Professor Ukpong, a self-professed “community ethicist”, has also worked as a consultant with UNAIDS, WHO and Global Fund among others, and is celebrated for her ability to combine her research work with advocacy and community engagement. She holds a PhD in Pediatric Dentistry, a Master of Business Administration, a bachelor’s degree in Dental Surgery, and is a Fellow of the West African College of Surgeons.
4. Professor Sheila Tlou, Co-Chair, Global HIV Prevention Coalition & NursingNow, Botswana
In addition to a distinguished career in nursing, Professor Tlou is a prominent HIV, human rights and gender activist, a former Member of Parliament and former Minister of Health who served in Botswana’s health ministry from 2000-2004.
Known affectionately as the “Healthcare Giant of Botswana”, she has been relentless in her advocacy for HIV and AIDS, gender, and women’s health reform, and during her time as minister led a successful AIDS prevention, treatment, support and care program that is still considered among the best in Africa.
Professor Tlou holds a PhD in Community Health Nursing, a Master of Arts in Education, and a Diploma in Gender Issues.
5. Dr. Placidie Mugwaneza, Director of the HIV Prevention Unit in HIV/AIDS, STIs and Other Blood Bones Infection Division, Rwanda Biomedical Center
Dr. Mugwaneza has over a decade of experience in planning, management, evaluation, and support of HIV prevention programs, specifically the Prevention of Mother to Child HIV Transmission (PMTCT) program in Rwanda. She carries a huge responsibility in a country where the standards – in terms of health research and delivery – are already very high.
There are many lessons to be learned from her tactful leadership in achieving and maintaining HIV goals, and her mentorship of students through her role as a lecturer under the Faculty of Global Health Delivery at the University of Global Health Equity in Rwanda.
Dr. Mugwaneza has a master’s degree in public health and has over 40 publications to her name, in which she has shared her findings on HIV transmission and care.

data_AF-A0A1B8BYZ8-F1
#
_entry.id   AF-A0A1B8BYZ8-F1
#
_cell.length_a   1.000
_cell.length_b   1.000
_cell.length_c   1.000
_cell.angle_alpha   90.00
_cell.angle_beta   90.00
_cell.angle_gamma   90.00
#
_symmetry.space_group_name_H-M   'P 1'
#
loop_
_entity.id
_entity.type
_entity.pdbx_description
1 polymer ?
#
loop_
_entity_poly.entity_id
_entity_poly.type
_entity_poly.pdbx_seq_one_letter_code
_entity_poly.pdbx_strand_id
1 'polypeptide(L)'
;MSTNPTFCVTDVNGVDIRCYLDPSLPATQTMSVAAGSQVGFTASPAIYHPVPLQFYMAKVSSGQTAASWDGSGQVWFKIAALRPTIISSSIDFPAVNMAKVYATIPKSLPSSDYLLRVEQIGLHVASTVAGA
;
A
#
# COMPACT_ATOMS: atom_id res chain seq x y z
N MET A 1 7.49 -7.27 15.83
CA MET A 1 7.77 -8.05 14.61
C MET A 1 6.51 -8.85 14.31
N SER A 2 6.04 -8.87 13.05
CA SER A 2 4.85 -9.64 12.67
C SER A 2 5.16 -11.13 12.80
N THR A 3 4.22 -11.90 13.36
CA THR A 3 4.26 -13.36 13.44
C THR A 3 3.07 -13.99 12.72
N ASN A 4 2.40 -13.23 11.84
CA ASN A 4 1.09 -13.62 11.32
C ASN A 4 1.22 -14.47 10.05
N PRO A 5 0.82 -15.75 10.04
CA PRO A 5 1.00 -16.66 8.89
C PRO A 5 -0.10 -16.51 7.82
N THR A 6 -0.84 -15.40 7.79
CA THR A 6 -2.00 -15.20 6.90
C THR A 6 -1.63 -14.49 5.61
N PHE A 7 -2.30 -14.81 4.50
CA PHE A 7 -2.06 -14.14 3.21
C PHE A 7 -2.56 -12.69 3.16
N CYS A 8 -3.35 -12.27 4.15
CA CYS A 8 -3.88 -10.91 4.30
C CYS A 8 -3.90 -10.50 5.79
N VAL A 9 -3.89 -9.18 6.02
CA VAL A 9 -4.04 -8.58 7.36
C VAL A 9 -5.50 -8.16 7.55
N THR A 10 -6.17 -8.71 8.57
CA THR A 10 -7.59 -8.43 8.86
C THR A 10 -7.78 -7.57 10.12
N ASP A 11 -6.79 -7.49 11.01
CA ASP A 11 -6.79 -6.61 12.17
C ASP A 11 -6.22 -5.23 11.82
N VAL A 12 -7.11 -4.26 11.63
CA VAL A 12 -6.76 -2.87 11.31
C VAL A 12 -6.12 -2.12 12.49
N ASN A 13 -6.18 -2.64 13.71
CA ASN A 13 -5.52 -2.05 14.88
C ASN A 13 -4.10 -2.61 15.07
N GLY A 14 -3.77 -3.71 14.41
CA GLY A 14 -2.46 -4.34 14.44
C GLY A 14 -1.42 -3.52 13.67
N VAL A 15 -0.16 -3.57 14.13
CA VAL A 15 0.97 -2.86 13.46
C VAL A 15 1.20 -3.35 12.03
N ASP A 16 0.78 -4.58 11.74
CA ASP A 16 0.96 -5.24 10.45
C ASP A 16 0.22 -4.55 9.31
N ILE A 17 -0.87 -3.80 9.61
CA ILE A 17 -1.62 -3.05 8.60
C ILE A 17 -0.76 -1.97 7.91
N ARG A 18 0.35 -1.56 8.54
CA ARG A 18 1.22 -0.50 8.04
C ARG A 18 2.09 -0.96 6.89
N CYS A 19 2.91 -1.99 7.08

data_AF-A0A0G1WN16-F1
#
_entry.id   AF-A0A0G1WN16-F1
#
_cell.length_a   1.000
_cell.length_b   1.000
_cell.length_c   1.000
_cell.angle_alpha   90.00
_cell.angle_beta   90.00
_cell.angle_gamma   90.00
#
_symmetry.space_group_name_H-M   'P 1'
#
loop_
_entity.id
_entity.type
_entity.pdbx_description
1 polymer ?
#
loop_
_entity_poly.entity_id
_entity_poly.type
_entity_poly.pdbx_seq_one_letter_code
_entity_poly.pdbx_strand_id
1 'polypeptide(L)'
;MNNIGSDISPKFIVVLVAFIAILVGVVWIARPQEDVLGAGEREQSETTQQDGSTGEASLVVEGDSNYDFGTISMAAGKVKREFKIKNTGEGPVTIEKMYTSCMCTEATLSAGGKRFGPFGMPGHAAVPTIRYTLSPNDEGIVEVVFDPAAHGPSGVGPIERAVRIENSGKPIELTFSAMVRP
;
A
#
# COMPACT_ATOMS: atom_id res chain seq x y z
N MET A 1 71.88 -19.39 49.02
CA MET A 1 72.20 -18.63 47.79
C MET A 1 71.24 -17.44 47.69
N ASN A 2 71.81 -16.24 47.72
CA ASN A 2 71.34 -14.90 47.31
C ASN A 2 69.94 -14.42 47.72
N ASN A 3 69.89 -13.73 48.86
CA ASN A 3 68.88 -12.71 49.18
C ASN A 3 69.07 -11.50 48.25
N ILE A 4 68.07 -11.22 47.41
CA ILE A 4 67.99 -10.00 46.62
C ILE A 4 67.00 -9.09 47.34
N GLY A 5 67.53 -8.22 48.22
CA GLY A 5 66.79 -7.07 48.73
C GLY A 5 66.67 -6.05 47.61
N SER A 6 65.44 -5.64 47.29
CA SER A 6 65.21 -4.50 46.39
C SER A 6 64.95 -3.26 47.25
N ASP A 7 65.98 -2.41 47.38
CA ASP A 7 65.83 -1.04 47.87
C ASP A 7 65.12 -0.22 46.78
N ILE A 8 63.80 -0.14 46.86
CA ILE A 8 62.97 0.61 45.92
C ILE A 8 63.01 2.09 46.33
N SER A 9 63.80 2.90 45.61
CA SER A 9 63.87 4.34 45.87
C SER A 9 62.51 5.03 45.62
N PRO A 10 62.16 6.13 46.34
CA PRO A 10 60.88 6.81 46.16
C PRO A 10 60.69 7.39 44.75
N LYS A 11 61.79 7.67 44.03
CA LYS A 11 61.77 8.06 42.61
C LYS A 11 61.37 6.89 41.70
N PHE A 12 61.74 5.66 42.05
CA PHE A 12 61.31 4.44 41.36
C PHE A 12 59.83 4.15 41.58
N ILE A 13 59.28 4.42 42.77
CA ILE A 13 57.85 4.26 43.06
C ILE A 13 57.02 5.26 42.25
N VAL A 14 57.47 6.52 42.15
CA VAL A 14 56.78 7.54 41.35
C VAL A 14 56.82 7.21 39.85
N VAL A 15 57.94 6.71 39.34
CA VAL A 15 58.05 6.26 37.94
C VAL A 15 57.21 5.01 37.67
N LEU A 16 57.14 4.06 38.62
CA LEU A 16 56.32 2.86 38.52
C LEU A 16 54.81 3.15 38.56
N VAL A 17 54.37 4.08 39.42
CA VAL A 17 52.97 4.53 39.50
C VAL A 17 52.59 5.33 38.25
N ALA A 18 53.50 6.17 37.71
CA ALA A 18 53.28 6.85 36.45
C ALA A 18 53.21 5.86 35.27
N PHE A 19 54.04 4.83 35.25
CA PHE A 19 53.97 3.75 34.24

6. Professor Philippa Musoke, Professor of Pediatrics and Child Health, University of Makerere, Uganda
Professor Musoke is one of the few female professors at Makerere University. A Pediatric Infectious Diseases specialist, she currently leads the research arm at the university and has contributed to groundbreaking studies in areas including HIV prevention and treatment since 1995.
Professor Musoke is passionate about prevention of mother-to-child HIV transmission and has published close to 20 papers detailing her work in perinatal HIV and infectious diseases in children, among others.
She earned her medical degree from Makerere University (Uganda) and did her infectious diseases fellowship at Case Western Reserve University, Cleveland Ohio, as well as a pediatric residency at University of Louisville, Kentucky.
These women have overcome many barriers that have been institutionalized by systems that often undermine our chances of success. Their voices, energies and contributions will make Africa’s future decisions around health impactful and powerful. Because of them, and many others like them, the path to success and health leadership might be a little less rocky for the next generation of African women in health research.
So as we celebrate Africa Day, let us spare a moment to acknowledge their contributions and those of many others who came before them, commit to uniting as women in research – together with our male allies – and create a movement for equity in leadership that will see more women take up seats at the decision-making table.